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Protests hit Tunisia for 3rd night as prime minister warns of clampdown

13 January 2018

One person was killed on Monday during clashes between security forces and protesters in a Tunisian town near the capital Tunis, state news agency TAP and residents said. Fresh clashes were reported across several towns for a third night on Wednesday.

The 2018 budget also raises customs taxes on some imports, and the Tunis government is trying to cut the public sector wage bill through voluntary redundancies.

Chahed, who heads a coalition of secular and Islamist parties, has said that 2018 will be a hard year for Tunisia but the economy will improve rapidly once the new measures take effect.

This policy, along with the cooperation of the Islamic Ennahdha [Renaissance] Party, a partner in the coalition, has made Tunisia the only success story of the "Arab Spring", and it appears that despite the difficulties it will continue to show stability despite the internal protest.

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And more demonstrations are planned in the coming days to mark seven years since the ouster of longtime president Zine El Abidine Ben Ali on January 14, 2011.

In an update to its travel advice for the country, the FCO said there had been protests in several towns and cities across Tunisia, with some reports of violence.

Khelifa Chibani, a spokesman for the Interior Ministry, said 44 people had been arrested for carrying weapons such as knives, ´setting government buildings on fire and looting shops.

Speculation on social media throughout Monday evening suggested that the man had died after being hit by a security forces vehicle, but the ministry refuted this claim, saying it was likely he had suffocated from inhaling tear gas.

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Prime Minister Yousef Chahed has said the riots have descended into "acts of vandalism", he added: "What happened is violence that we can not accept".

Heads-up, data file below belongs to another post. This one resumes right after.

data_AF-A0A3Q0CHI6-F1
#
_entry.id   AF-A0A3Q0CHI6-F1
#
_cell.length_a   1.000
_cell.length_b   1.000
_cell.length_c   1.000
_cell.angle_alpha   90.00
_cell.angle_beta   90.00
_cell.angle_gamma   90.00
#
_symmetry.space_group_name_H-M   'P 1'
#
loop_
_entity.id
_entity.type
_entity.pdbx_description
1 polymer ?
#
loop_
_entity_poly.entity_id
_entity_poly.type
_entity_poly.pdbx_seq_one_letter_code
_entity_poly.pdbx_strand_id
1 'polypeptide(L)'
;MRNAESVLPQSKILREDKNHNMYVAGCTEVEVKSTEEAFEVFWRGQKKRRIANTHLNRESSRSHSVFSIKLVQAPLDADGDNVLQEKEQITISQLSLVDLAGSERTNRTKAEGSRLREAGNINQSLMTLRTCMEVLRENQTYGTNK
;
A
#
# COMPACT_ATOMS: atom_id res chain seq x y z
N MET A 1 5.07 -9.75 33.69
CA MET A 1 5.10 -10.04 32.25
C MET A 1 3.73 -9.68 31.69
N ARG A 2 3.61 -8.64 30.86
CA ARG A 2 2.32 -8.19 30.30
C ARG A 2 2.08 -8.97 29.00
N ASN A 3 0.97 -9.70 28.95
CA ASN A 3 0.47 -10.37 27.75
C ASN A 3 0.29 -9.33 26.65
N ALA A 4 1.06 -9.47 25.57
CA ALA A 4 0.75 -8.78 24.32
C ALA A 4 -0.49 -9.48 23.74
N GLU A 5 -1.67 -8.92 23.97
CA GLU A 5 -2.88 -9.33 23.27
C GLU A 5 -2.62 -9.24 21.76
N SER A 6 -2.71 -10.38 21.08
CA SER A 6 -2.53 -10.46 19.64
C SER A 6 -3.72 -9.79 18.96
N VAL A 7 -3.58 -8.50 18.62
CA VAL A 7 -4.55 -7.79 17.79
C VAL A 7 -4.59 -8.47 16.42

Tunisian protesters stand near tear gas smoke fired by security forces in the Ettadhamen on the outskirts of Tunis late Wednesday, after price hikes ignited protests in the North African country.

In Kasserine, Raja Jassoumi, 33, a project manager with a nonprofit, said people had to be budget-conscious even when buying a loaf of bread, "so when you announce the increase of prices on fuel and other goods, it is the straw that broke the camel's back". Prime Minister Youssef Chahed called for calm, while at the same time affirming the right to demonstrate in the streets.

Some protesters told Xinhua that the new law has led to the price increase in some consumer products, as it doesn't meet the expectations of the middle class, but harms the purchasing capacity of the Tunisians.

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The belt-tightening was promised to the International Monetary Fund as its price for the $2.9 billion loan it extended in 2016 to Tunisia, which is still laboring to revive its economy seven years after the ouster of President Zine El Abidine Ben Ali, the first of the Arab Spring dictators to fall.

Protests hit Tunisia for 3rd night as prime minister warns of clampdown